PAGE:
Uganda reportedly imports over 50, 000 vehicles each year but of these, a paltry 10 percent are said to be new, the rest being used cars. This also means that for these used cars to be able to evenly move on the road need to periodically undergo service and some parts replaced with new ones.
The importation of these old cars over the years has given way for a blossoming motor spare parts trade to grow. The most notable market for spare parts has been the notorious Kiseka Market, downtown Kampala. Until recently, it has been the main source of spare parts and expert mechanics to work on old cars.
Kiseka Market’s monopoly bred a bad habit practiced by mainly by mechanics, middle men and some scrupulous shop attendants who connive to cheat unsuspecting customers. People have reported losing money in the market.
“You go with car needing a small spare part replacement, you come out with a bigger problem,” Yasin Jjemba said. What happens in Kiseka is that mechanics while working on your replace you still working parts of say the engine and replace them with faulty parts.
But the dominance of Kiseka Market has been subdued by the introduction of Segawa Market in Kisenyi – Mengo by Haruna Enterprises, a real estate company owned by Haruna Sentongo. Segawa Market specializes in shops and traders dealing in motor spare parts and other light machinery. It has provided an alternatives to dreaded Kiseka Market.
Segawa Market complex has over 320 shops of different sizes and shape. According to Isaac Newton, the property manager at Haruna Enterprises, Segawa Market, located at Mwanga II Road, opposite Lubiri, in Kisenyi aspires to be the one stop center that sells spare parts for motorcycles, vehicles and other light machinery.
“We have the largest ample parking space, the size of an acre. And while other markets close at 7pm, Segawa market is open 24 hours a day. You can come in anytime of the day, night or day, and buy what any spare or have a mechanic work on you.”
And for tenants, all they have to worry about is paying rent, the landlord takes care of bills for utilities like water, electricity and disposing off of garbage. Because their target is to be a market for spare parts, the landlord prefers to let shops to spare parts dealers.
Haruna Enterprises also offers a subside to its customers. News tenants are guaranteed of three months free of rent to enable them stabilize and grow their business. Businessman Sentongo said this has been done to help tenants grow their businesses without worrying about rent. Sentongo under Haruna Enterprises owns a variety of commercial building in the city such as Haruna Towers in Wandegeya and another one located in Ntinda.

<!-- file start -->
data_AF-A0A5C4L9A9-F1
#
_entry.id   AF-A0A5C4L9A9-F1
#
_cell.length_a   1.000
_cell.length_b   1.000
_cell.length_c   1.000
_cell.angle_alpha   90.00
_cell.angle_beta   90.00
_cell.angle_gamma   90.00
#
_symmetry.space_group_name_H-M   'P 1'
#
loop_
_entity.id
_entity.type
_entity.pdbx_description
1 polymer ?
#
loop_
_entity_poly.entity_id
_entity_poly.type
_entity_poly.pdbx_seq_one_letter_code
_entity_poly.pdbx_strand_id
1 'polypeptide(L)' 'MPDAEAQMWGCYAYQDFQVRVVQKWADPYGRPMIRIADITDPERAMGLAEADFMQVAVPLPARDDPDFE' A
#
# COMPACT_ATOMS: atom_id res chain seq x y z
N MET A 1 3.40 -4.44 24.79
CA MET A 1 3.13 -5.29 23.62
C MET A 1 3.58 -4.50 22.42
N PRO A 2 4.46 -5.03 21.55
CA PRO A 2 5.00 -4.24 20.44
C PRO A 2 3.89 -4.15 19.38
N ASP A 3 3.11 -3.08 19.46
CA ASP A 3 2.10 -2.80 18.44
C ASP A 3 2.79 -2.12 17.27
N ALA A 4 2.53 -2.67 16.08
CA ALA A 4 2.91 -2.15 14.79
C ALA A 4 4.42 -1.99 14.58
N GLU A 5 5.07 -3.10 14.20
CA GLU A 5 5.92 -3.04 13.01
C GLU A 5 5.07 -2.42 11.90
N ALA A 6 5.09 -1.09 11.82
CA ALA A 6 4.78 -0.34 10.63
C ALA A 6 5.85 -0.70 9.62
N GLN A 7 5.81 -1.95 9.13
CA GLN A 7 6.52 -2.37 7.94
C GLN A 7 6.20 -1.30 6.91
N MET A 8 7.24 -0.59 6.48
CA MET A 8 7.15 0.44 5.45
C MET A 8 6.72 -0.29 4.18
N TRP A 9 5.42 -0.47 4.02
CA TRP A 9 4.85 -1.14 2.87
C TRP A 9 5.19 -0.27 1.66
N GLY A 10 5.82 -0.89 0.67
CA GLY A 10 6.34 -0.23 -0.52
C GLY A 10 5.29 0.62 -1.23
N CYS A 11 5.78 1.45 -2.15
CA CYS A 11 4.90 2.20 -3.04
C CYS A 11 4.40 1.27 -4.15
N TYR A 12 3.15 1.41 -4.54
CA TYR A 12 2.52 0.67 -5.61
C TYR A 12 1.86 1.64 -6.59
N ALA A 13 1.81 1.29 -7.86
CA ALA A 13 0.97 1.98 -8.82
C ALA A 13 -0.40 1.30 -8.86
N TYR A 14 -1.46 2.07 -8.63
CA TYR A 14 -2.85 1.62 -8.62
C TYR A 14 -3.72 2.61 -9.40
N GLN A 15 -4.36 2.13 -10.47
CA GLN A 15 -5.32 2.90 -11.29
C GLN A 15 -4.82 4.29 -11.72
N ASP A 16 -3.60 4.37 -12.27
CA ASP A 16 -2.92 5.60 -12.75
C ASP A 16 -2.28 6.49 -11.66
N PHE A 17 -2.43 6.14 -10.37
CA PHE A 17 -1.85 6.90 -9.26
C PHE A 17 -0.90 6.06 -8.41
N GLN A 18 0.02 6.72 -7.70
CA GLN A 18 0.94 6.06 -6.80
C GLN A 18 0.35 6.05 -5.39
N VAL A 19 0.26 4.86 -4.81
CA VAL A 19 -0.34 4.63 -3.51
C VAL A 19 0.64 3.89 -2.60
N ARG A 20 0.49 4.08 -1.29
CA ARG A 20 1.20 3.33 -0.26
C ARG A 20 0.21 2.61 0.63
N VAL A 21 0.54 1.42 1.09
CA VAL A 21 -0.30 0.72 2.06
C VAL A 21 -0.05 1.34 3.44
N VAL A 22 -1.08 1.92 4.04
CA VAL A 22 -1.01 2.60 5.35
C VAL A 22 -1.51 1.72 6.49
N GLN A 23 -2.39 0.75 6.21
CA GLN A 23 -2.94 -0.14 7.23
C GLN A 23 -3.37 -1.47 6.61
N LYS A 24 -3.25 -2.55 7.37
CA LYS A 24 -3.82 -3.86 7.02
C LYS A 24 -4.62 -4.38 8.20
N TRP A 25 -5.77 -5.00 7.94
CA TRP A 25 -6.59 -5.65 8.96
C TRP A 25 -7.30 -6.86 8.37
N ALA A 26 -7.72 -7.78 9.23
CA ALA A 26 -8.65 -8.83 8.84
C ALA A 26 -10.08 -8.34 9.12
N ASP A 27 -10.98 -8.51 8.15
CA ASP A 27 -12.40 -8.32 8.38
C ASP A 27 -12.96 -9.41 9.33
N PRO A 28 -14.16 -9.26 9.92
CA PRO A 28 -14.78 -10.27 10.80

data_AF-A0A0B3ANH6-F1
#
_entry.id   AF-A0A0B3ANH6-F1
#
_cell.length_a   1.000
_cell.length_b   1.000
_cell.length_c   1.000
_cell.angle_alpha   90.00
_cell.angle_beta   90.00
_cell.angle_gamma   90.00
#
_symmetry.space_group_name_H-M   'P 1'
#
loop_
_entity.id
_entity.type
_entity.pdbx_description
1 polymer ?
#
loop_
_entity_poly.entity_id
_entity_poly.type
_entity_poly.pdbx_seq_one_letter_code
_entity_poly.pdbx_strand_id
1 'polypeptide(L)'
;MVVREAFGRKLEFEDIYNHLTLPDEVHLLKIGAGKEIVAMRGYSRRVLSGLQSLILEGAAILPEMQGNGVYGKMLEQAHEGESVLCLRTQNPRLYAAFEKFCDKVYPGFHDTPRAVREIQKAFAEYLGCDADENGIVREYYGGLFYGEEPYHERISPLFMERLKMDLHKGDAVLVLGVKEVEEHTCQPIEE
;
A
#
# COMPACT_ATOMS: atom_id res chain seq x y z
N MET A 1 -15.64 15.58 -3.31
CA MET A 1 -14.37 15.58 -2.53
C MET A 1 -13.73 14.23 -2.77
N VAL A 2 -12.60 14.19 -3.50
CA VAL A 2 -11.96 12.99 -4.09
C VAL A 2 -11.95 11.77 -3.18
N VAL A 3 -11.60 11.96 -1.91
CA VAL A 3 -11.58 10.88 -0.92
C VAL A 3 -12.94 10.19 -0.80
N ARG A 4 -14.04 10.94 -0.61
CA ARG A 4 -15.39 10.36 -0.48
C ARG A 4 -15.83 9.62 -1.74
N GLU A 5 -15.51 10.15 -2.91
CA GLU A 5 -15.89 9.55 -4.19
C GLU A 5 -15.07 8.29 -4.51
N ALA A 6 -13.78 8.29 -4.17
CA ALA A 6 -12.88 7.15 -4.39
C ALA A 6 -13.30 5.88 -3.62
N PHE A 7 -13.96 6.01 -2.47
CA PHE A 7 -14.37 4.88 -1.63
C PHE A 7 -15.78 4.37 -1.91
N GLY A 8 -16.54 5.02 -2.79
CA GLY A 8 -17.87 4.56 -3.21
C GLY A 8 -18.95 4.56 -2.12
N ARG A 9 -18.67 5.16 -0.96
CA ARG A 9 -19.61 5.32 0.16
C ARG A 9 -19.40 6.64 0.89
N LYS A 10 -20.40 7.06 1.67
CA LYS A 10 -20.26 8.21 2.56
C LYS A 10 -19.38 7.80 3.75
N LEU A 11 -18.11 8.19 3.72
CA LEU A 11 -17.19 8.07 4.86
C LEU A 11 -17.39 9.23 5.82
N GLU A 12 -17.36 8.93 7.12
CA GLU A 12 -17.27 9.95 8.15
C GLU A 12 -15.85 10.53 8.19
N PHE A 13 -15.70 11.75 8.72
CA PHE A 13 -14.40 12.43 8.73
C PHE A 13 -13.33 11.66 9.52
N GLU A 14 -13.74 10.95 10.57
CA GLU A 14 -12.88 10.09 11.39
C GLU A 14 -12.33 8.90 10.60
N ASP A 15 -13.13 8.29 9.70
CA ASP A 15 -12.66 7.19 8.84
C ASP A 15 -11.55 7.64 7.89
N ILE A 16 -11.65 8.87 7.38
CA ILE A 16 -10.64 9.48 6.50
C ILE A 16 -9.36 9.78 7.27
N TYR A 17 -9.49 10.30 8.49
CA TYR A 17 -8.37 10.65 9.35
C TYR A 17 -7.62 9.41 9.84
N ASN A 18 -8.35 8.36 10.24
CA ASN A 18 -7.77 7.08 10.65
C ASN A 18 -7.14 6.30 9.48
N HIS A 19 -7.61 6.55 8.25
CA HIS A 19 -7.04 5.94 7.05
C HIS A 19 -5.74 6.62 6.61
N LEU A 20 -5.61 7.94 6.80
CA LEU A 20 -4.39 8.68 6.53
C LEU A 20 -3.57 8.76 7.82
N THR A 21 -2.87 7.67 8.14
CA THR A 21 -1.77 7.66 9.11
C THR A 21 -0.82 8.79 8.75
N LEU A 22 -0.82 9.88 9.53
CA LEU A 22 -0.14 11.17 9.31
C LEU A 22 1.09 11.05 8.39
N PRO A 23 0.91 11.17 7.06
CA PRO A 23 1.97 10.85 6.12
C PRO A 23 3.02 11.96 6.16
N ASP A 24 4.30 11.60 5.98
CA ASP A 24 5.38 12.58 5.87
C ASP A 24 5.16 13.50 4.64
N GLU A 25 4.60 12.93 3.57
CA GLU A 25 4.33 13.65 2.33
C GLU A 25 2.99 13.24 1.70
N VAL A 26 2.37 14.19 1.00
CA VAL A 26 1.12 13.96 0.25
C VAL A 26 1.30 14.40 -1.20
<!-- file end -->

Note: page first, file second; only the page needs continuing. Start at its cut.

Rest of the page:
Segawa Market is fully installed with electricity, standby generators, water supply and water tanks to store water for emergencies and a security detail backed by Uganda Police. The property is suitable for business and office space hire.
The shops come in all sizes and prices on the first and second floor and for all sorts of businesses. Imagine finding genuine spare parts and a mechanic in one neat, orderly place with no idlers, crook middle men and at any time of the day, well that is what Segawa Market is offering.
Sentongo, by offering Segawa Market, has helped motorists not to be dependent on only Kiseka Market and other scrupulous dealers operating makeshift garages to get spare parts for their automobiles.
“Our mechanics are attached to those shops. We know them so they cannot cheat customers like the case is in Kiseka market and other places. While other markets close at 7pm, Segawa market is open 24 hours a day. We have the largest ample parking space, the size of an acre. And you can come in anytime of the day, night or day, and buy what any spare or have a mechanic work on you,” Isaac Newton, the property manager at Haruna Enterprises says.
Moses Sebalu, a businessman at Segawa Market explains that the market offers small business owners an opportunities to organize themselves and expand further. “With place like Segawa Market, customers will know where to find and keep in touch with them. With good customer care, you maintain a good relationship with your customers.” Serubiri said.